Virginia started Phase 3 of its reopening on Wednesday, allowing more activity in indoor public spaces like restaurants and gyms.
While the Commonwealth remains one of just over a dozen states where the COVID-19 epidemic is in decline, some fear that further reopening could send us in the direction of Texas, Florida and other states currently seeing a virus resurgence.
In recent days, both Florida and Texas reversed course and closed bars. California, which has also seen a big jump in coronavirus cases, yesterday announced that it would “shutter indoor operations at restaurants, museums, bars and other venues” for at least three weeks. And New York is delaying its plans to reopen indoor restaurant dining rooms.
A growing body of research suggests that restaurants — indoor settings where where diners sit near one another and converse for extended periods of time — are fertile ground for coronavirus infections. More evidence of that from USA Today:
Money spent in restaurants and supermarkets could offer insight into how fast or slow the coronavirus pandemic may spread.
According to a note from Jesse Edgerton, an economist with JPMorgan Chase, the level of spending in restaurants three weeks ago – most notably in-person versus online – was the strongest predictor of a surge in coronavirus cases during that time period.
Based on spending by 30 million Chase credit and debit cardholders, Edgerton found that higher spending in supermarkets predicted a slower spread of the virus, suggesting consumers are practicing “more careful social distancing in a state.”
Outdoor settings, meanwhile, are believed to be safer, as the respiratory particles that spread the virus are quickly diluted in the open air. That’s why Virginia’s Phase 1 reopening included only outdoor dining and why Arlington has allowed restaurants to expand their outdoor dining areas.
Do you think Virginia should stay the course and see what happens, bring back Phase 2 restrictions, or try to preempt a possible resurgence by closing indoor dining areas altogether? That latter, while perhaps safer, could be a death knell for many already-struggling local restaurants, however.
A three-day Fourth of July weekend is fast approaching.
This would usually be one of the busiest travel times of the year. Instead, airports have barely a quarter of the travellers as last year, and traffic maps are mostly a sea of green. The pandemic has affected nearly all aspects of normal life, including the willingness of people to leave one’s house and visit other places or people.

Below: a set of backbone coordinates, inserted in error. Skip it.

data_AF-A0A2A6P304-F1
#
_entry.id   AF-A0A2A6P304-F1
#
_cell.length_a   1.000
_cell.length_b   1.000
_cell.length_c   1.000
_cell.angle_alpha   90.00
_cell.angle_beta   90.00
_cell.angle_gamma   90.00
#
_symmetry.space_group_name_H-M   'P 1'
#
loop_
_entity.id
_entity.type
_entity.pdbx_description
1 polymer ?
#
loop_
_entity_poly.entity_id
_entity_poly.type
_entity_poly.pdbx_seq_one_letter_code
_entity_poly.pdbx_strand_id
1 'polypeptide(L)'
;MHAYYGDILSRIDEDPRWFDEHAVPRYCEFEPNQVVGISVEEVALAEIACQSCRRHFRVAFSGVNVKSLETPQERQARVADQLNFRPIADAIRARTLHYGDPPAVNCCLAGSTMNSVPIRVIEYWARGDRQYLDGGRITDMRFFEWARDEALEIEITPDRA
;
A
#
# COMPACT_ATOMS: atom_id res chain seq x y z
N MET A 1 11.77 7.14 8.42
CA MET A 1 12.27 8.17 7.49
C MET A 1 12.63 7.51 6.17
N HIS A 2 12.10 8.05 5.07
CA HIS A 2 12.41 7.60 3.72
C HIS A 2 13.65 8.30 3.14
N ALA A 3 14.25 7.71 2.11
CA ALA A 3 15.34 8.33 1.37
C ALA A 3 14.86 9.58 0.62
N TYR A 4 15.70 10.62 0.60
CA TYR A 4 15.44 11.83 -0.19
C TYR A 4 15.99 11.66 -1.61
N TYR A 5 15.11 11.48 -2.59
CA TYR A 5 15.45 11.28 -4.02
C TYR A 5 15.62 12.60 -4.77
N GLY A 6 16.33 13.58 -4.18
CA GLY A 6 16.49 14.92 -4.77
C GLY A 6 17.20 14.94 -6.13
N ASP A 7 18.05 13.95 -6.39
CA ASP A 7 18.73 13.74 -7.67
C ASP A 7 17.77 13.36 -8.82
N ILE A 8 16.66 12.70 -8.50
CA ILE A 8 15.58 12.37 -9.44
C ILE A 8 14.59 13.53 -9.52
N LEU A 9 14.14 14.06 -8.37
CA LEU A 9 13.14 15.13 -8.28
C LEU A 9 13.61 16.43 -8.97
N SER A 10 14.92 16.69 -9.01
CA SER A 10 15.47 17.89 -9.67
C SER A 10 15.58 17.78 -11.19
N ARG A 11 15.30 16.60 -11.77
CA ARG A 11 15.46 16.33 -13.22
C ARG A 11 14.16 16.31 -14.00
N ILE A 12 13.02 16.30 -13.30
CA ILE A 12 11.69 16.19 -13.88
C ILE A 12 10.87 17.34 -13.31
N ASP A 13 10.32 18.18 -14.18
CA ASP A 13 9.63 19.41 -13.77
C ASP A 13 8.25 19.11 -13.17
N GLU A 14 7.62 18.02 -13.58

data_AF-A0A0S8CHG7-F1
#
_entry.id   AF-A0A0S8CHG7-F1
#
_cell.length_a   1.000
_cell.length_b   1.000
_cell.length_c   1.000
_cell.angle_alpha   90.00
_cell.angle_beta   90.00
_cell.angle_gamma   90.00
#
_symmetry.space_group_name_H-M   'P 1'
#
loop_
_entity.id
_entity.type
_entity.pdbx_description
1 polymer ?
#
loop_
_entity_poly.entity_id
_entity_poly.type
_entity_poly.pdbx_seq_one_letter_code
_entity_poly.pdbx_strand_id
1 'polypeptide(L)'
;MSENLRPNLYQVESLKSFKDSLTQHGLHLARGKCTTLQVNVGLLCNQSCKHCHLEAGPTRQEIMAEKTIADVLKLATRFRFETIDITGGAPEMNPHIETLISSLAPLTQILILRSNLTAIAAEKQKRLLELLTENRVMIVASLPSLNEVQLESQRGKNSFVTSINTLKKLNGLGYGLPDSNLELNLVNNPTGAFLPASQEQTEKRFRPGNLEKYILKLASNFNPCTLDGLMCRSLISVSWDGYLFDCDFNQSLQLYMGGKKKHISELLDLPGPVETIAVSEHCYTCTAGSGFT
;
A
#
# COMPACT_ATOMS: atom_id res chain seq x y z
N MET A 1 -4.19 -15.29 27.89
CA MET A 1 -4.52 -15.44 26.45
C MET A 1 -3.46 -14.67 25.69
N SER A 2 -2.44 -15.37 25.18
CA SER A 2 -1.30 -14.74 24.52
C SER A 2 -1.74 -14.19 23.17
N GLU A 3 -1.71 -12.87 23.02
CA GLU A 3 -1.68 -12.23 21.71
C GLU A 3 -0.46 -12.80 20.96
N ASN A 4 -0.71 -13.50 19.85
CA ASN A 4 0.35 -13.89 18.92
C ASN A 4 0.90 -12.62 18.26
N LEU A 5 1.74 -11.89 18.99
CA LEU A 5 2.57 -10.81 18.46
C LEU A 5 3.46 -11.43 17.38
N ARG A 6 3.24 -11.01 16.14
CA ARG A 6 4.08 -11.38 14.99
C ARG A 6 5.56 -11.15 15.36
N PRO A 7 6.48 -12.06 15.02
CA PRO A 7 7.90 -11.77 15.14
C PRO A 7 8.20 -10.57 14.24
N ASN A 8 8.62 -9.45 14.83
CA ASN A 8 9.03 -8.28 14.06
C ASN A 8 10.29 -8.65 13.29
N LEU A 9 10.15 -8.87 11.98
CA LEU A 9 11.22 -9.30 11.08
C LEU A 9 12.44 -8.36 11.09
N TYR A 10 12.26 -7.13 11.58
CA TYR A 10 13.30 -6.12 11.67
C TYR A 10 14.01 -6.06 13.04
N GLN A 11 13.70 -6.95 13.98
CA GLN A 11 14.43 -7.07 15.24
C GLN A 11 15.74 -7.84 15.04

How has coronavirus affected the Independence Day travel plans of Arlingtonians? Let’s find out.
Washington-Lee High School in Arlington is now Washington-Liberty. Robert E. Lee High School in Fairfax County will be getting a new name, after a vote yesterday. Jefferson Davis Highway, meanwhile, is now Richmond Highway.
Is it time for Lee Highway — also known as Route 29 — to get a new name?
At a time when racial justice has taken center stage in Arlington and around the world, when Confederate monuments are being removed or toppled by angry mobs, keeping the leader of the Confederate army’s name on one of the main east-west thoroughfares through Arlington might be untenable.
Lee Highway, once part of an auto trail that ran from New York City to San Francisco via southern states, is now partially a commuter route and partially a commercial strip for North Arlington neighborhoods. It is currently subject to a planning process — albeit one stymied by the pandemic — that is attempting to envision a new future for the corridor.
In 2017, after a white nationalist rally and violence in Charlottesville, the Arlington County Board released a statement saying it was seeking the legislative authority from the state to rename both Jefferson Davis Highway and Lee Highway. It received authority to rename the former thanks to an opinion from Attorney General Mark Herring that the county only needed permission from the Commonwealth Transportation Board, not the then-GOP-controlled legislature.
With Democrats now firmly in control in Virginia, renaming Lee Highway should be achievable, though it may not be the highest priority during a global pandemic and a budget crunch.
What do you think? If you do think it should get a new name, let us know any suggestions you might have in the comments.
Most proponents say they want to redirect a portion of sizable police budgets to social services, investing in community rather than punishment.
The idea has yet to catch on with most Americans. Nearly two-thirds of respondents to a recent survey opposed reducing police funding.
Here in Arlington, the police department makes up about 5% of the county’s general fund, less than that of the Dept. of Human Services, which provides health, housing and social services help. Aside from the decision to send officers to help control protests in D.C., at the request of U.S. Park Police, the police department has faced few major, recent controversies.